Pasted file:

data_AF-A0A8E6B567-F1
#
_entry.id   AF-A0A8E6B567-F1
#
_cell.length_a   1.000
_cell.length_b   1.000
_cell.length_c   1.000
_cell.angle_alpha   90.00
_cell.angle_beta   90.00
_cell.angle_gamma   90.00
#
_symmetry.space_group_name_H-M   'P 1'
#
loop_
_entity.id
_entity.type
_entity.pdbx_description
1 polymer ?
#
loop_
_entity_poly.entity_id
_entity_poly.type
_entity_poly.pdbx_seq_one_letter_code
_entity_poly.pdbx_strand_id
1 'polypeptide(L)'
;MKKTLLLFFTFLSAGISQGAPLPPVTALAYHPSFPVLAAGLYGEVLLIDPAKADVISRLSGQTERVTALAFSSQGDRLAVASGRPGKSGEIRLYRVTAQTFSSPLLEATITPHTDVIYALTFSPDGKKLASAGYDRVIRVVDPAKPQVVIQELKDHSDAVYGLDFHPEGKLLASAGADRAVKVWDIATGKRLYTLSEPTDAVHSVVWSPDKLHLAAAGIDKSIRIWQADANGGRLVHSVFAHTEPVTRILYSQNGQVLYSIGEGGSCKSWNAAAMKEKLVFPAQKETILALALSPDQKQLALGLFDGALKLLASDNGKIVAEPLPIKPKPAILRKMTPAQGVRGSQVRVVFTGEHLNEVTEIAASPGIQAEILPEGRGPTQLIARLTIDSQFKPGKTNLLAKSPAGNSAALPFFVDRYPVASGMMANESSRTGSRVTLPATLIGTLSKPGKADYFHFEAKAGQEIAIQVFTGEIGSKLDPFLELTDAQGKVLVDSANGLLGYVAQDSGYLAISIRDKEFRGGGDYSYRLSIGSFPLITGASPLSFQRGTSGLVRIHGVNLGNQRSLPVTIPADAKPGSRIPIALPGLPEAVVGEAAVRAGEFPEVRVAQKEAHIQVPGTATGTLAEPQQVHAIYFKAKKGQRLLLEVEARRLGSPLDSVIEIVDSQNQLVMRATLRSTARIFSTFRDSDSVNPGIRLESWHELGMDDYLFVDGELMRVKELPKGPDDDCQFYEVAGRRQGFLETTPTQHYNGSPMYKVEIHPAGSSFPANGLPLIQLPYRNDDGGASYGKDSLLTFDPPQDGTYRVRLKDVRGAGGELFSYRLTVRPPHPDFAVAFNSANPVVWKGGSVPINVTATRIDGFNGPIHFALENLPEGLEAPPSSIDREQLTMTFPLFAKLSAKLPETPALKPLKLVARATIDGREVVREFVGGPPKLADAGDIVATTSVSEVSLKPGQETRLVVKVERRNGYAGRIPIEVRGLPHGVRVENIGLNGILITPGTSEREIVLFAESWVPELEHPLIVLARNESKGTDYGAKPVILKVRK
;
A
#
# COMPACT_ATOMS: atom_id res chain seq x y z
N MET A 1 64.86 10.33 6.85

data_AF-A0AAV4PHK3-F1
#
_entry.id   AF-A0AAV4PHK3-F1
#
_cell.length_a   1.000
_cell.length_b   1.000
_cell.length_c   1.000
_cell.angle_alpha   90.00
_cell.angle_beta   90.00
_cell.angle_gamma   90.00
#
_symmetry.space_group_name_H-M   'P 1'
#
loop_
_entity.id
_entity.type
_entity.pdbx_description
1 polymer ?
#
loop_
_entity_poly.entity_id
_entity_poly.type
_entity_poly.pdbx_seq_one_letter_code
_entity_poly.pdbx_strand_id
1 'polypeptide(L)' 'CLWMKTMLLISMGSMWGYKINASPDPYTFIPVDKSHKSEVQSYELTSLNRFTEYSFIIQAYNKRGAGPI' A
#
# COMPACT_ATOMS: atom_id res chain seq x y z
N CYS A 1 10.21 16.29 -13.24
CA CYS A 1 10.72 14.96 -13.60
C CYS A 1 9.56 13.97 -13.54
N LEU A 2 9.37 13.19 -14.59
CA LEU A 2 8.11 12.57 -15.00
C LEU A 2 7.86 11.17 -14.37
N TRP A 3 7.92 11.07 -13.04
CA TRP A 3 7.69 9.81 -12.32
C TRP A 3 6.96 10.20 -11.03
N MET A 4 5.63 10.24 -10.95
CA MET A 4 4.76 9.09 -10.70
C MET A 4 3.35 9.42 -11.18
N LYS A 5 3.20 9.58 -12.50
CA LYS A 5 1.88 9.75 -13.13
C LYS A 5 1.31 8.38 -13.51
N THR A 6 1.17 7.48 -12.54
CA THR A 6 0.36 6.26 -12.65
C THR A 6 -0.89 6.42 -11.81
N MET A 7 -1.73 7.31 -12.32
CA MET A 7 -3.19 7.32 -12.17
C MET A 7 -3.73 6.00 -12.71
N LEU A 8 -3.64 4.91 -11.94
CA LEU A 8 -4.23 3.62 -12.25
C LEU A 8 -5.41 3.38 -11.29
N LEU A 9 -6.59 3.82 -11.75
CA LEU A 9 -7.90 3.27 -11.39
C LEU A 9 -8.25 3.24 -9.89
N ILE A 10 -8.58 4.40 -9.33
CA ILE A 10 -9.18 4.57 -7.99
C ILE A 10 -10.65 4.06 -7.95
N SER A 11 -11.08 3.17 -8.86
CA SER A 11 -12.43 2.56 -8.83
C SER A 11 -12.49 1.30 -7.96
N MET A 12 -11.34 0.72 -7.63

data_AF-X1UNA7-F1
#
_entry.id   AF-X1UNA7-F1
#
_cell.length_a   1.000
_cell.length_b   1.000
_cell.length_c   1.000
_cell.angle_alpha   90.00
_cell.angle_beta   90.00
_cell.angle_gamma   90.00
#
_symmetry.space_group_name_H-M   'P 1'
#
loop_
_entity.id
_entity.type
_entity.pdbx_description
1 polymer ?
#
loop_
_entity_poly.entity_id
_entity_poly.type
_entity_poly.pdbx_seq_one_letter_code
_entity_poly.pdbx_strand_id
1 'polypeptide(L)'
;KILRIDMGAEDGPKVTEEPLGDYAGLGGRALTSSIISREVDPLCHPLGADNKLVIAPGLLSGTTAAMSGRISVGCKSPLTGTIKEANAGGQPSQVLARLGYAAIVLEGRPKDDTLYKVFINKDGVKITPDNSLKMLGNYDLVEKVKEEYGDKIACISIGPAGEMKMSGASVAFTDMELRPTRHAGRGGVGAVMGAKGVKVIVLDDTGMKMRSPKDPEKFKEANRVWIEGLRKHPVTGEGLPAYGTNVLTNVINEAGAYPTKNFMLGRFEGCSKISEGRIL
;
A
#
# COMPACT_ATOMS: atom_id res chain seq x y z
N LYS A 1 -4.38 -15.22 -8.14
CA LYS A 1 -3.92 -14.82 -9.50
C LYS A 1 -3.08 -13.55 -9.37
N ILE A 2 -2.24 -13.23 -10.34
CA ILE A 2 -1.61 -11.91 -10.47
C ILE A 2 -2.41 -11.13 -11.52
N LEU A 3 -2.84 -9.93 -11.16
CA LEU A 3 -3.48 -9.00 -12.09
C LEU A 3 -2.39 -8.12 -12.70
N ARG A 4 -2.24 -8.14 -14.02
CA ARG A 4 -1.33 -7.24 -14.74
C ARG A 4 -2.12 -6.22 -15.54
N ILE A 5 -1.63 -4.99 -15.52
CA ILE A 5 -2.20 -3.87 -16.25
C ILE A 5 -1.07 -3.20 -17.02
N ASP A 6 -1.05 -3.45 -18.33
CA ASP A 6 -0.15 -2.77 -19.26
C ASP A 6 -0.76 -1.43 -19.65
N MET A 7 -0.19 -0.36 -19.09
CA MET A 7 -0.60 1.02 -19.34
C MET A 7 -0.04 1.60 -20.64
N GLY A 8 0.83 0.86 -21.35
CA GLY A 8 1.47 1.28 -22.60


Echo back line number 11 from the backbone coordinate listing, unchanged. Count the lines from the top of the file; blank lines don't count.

#